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When someone close to you is the victim of a dog attack, it is easy to react to the physical injuries. Appropriate attention, love and understanding are a necessary prescription that will work with medical treatment to help in the recovery from the physical wounds. Unfortunately, recognizing and identifying the mental and emotional scars is often a much more difficult task and this makes the healing process far more complex.
As a child begins to face the significance of the experience of a dog attack, those who are close to the victim need to remain alert to clues that there may be a problem coping with the event. These clues may be obvious or very subtle. Notice any changes in behavior, speech, play patterns, sleep habits or any unusual developments. Are there any new and heightened fears in the child, and do they repeat themselves in any kind of pattern? It may be helpful to keep a diary to record your observations.
Although changes in behavior may resolve themselves and go away without any outside help, often times this is not the case. Sometimes the fears and changes created by the dog attack can create entirely new manifestations, with new fears and phobias coming from the mere existence of the first ones. The changes create new anxieties, and the issues for the child begin to mount, which may create an entirely new set of problems. Parents and friends need to carefully distinguish between normal changes in behavior and those changes that are outside of or interfere with normal development.
The changes created in a child’s mind after a dog attack can really stray from the kinds of rational and logical anxieties that you may think would come from the attack. For example, it seems perfectly logical to understand if the child is now terrified of dogs, but more difficult to understand why the child suddenly begins to suck a thumb or stutter. What is important is that those who are close to the child need to remember that the changes and fears, while seemingly out of place or imaginary to everyone else, are very real to the child. Expect the unexpected when it comes to behavior changes, and realize those changes may not happen right away.
If the fears are real to the child, fear and anxiety can feed on itself and the child can develop a “fear of the feelings of fear” that can be overwhelming. By helping the child realize the fears are a product of the attack, you can help the child begin to learn how to deal with the fear of being afraid, and all of the ramifications that come from it. This may help the child feel more secure and in control, even if it does not change the behavior immediately.
Never make fun of, criticize or ignore a child for the fears or behavior changes after a dog attack. This can have the opposite affect on the child from curing the problem. For example, if the child suddenly develops a fear that there are monsters in the bedroom, forcing him to go to sleep alone may make the child realize the error of this belief. However, the more likely outcome is that the fear will feed on itself and create even more changes in the child, such as sleep disorders or worse behavior. Finding the right answer is difficult, because there is not one single cure-all for these problems. Each of us is unique, and this means that every case is different, which is why finding a professional trained in therapy for children is so important.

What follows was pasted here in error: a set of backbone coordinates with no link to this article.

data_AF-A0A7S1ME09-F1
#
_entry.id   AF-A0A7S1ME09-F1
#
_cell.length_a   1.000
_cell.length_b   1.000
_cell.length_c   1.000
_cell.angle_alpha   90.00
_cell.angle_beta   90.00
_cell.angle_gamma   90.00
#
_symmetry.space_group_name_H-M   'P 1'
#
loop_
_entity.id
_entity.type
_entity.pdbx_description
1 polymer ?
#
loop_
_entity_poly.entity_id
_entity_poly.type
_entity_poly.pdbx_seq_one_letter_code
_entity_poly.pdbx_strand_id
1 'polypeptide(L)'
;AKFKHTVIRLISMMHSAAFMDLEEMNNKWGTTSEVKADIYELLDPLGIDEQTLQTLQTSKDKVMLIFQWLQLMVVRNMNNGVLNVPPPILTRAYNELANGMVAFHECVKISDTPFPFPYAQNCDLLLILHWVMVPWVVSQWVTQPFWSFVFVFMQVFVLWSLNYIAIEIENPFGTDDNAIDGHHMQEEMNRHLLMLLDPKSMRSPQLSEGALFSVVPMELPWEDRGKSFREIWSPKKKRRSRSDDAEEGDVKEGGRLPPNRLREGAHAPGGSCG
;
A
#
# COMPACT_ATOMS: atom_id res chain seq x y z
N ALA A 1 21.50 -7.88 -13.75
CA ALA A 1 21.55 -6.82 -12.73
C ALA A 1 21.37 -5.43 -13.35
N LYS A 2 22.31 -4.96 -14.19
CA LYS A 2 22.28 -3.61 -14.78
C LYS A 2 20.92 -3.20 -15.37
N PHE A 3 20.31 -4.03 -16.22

As the recovery process begins, it is important that family and friends do not go overboard in helping the child. While it is natural to want to shower love and affection on the victim, this behavior can go too far and create its own set of problems. First, it can cause the child to become too dependent on you for things that are still within the ability of the child to do for himself/herself. Even worse, if the child does develop unusual behavior and is rewarded with lavish attention and things being done for him, there is a possibility that the child could think that the way to continue to receive the attention is to continue the behavior. The best course is to discuss this issue with a professional, and to the extent possible, allow the child to continue to do things for himself/herself.
Good reinforcement of behavior that overcomes a fear will help the child get over it or at least come to grips with it. If the child is afraid to walk up the street for fear of seeing a dog, then when he takes the first few steps, words of encouragement such as “You can do it!” may seem simple, but to the child it will mean the world.
Finally, remember that you too may be a victim in need of help. Dealing with the pain that someone you love is experiencing can create its own unique set of problems. Be aware of changes in your own personality and new fears in your life. Recognize these changes and how they may be affecting your relationship with not only the victim, but also other people in your life. By keeping a focus on any effect the event may have on you, there is a greater likelihood that you can remain a positive source of strength for the victim, and in doing so you will help everyone move past the event.
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